This section contains some annotated photos for some of the more interesting or challenging projects I have worked on. My first foray into hardware design centered around the design of a new high speed bus used for data acquisition in high energy physics experiments (at SLAC) and in industry. That shaped my approach to neural network system design where I was focused on the communications problem and how to move spikes around in a multiplexed fashion without losing critical timing in the signal arrival times – how to emulate a ‘connectome.’ I designed my own version of a spike event code for neural networks called STA (space-time-attribute code), and proposed it to DARPA for some funding. Afterward, I met some folks from Caltech working on what they called AER (address event representation). There was much in common, so we teamed up for a while to create the Silicon Cortex or SCX board system. I drew the first AER timing diagram and that became a working spec for neuromorphic engineering for a while.
To summarize I have designed one or more boards or worked on a bus standard for each of Fastbus, Multibus, VME bus (including VSB), SBus, PC/AT aka ISA bus, PCI bus, PICMIG, I2C, STA, AER, hierarchical AER, and custom. I also worked on telecom projects from RS232 and 423 to OC48 speeds. If you have not heard of some of those you can follow the links or read the comments for the projects that follow. I was on the Fastbus, VME bus, and Scalable Coherent Interface (SCI) standards teams. I organized a team in industry and academia to study the neural communications infrastructure problem in the early 90’s. We produced a report giving suggestions to the IEEE Microprocessor Standards Committee that were addressed in the SCI standard soon after thanks to David James at Apple and David Gustavson at SLAC. I was once USA User Committee Chair for the VME International Trade Association (VITA) for a year, and later Chair of the IEEE Computational Intelligence Society (CIS) ANN Interface Standards group for a year. I never had sufficient travel funds to accomplish much for either.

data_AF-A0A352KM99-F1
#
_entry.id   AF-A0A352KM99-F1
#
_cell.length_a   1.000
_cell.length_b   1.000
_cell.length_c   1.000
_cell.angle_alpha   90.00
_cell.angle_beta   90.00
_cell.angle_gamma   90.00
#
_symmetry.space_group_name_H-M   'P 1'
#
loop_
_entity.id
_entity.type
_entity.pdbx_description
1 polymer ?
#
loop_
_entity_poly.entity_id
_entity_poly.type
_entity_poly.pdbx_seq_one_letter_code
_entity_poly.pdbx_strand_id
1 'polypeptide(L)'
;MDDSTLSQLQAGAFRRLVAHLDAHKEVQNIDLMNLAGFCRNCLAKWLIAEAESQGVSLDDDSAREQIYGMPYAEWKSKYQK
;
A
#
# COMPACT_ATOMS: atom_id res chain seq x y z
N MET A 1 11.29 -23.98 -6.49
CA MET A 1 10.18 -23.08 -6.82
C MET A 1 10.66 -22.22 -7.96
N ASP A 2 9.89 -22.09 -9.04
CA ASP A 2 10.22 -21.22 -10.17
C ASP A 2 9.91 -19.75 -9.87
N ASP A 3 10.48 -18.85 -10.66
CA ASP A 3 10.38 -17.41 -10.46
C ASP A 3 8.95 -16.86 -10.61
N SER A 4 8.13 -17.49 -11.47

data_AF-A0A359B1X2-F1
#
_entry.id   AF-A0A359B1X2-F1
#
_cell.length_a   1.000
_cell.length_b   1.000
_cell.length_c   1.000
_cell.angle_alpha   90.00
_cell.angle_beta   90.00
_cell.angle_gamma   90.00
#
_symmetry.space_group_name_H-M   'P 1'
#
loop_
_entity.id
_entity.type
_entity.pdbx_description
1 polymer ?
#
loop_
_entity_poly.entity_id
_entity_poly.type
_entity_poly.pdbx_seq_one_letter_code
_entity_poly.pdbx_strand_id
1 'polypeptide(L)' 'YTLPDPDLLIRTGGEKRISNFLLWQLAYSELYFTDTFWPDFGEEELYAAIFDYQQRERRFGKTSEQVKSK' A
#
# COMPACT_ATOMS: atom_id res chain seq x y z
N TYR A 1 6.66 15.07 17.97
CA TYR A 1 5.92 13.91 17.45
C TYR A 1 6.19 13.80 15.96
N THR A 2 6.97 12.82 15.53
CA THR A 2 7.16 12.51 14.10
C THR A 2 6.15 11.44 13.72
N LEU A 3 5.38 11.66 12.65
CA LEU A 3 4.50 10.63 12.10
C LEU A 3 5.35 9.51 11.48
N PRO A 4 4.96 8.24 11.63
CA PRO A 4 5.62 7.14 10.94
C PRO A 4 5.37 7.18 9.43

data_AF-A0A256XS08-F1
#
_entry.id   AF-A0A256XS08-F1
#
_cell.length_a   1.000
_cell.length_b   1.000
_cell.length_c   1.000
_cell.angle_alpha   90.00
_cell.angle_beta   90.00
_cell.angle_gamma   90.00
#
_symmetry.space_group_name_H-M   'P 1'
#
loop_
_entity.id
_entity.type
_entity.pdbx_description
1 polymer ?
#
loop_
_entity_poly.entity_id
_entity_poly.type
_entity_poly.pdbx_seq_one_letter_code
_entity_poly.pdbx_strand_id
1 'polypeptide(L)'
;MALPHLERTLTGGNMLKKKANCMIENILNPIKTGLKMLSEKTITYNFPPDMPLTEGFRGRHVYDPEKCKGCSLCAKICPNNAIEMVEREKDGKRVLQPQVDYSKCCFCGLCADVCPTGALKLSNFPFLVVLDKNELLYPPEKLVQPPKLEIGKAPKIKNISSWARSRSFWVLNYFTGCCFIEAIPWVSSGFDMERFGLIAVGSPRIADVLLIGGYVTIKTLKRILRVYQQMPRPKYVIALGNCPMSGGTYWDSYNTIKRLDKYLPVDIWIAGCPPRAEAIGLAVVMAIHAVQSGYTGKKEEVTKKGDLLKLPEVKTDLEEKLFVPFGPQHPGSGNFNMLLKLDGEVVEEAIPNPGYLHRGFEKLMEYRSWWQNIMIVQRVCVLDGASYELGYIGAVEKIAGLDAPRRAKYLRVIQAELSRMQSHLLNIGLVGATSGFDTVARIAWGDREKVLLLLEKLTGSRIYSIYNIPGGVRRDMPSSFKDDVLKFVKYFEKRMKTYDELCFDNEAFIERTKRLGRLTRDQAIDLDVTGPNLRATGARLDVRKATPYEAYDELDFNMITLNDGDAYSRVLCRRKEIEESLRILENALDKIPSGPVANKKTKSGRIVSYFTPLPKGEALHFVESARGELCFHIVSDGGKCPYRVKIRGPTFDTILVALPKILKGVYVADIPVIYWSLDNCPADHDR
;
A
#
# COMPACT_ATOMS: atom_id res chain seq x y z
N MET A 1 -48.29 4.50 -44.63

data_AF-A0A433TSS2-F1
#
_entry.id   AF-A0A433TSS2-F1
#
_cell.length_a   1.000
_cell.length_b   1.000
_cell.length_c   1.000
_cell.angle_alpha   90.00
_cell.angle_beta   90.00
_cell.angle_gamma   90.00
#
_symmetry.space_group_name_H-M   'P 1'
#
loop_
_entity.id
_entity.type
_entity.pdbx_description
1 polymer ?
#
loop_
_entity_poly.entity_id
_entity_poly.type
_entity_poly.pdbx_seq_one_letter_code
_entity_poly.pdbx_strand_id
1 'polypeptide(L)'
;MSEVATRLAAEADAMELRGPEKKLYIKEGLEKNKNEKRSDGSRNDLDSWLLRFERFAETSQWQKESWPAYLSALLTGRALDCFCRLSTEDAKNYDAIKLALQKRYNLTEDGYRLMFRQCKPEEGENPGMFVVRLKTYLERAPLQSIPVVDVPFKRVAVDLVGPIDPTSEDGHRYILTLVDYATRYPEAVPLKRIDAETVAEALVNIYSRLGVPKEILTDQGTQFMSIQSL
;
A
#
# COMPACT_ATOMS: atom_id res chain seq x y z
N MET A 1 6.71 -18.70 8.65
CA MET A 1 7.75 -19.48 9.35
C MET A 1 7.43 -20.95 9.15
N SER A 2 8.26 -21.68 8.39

For the detail oriented, my first board level design was drawn by a draftsman using lead on an E size sheet of paper and layout done by a PCB designer digitizing lines drawn on large mylar sheets. My first design proto was all wire-wrap over a ground plane for high speed ECL. Then I moved on to using PC-based tools: PADs, Orcad, Altium, Mentor and Eagle. For programmable logic design I have used Signetix FPGA tools, MMI PALASM tools, and then manufacturer independent ABEL, CUPL, and VHDL in different varieties with a little Modelsim for MMI, TI, Cypress, Xilinx, Altera and Lattice devices. Most of my experience is in digital logic and interfacing, but with some modest analog. I have not designed any custom VLSI.